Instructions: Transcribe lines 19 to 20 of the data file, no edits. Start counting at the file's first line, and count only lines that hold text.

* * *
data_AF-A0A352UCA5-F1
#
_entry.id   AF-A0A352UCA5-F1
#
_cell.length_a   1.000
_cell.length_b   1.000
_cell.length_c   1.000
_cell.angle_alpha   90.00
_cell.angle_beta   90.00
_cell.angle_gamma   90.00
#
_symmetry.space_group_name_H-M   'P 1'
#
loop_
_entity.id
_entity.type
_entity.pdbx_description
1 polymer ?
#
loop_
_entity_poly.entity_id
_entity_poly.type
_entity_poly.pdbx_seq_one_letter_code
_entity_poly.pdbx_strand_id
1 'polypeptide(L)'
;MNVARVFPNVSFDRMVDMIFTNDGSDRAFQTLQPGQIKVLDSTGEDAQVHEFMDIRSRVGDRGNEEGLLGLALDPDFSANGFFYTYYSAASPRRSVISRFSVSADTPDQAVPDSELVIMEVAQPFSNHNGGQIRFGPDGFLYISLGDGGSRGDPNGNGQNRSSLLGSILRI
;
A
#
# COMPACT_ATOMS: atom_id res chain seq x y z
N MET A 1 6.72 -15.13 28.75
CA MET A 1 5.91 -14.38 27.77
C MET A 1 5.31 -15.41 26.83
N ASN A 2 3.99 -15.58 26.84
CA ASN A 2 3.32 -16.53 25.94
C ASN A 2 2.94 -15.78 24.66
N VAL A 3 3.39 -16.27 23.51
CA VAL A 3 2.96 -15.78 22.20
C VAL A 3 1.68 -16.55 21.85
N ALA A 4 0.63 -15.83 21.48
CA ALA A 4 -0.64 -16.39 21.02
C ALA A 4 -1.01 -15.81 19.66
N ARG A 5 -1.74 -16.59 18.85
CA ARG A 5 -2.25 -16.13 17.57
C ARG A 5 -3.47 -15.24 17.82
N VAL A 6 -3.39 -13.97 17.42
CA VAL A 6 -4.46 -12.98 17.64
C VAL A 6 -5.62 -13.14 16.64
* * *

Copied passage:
#
loop_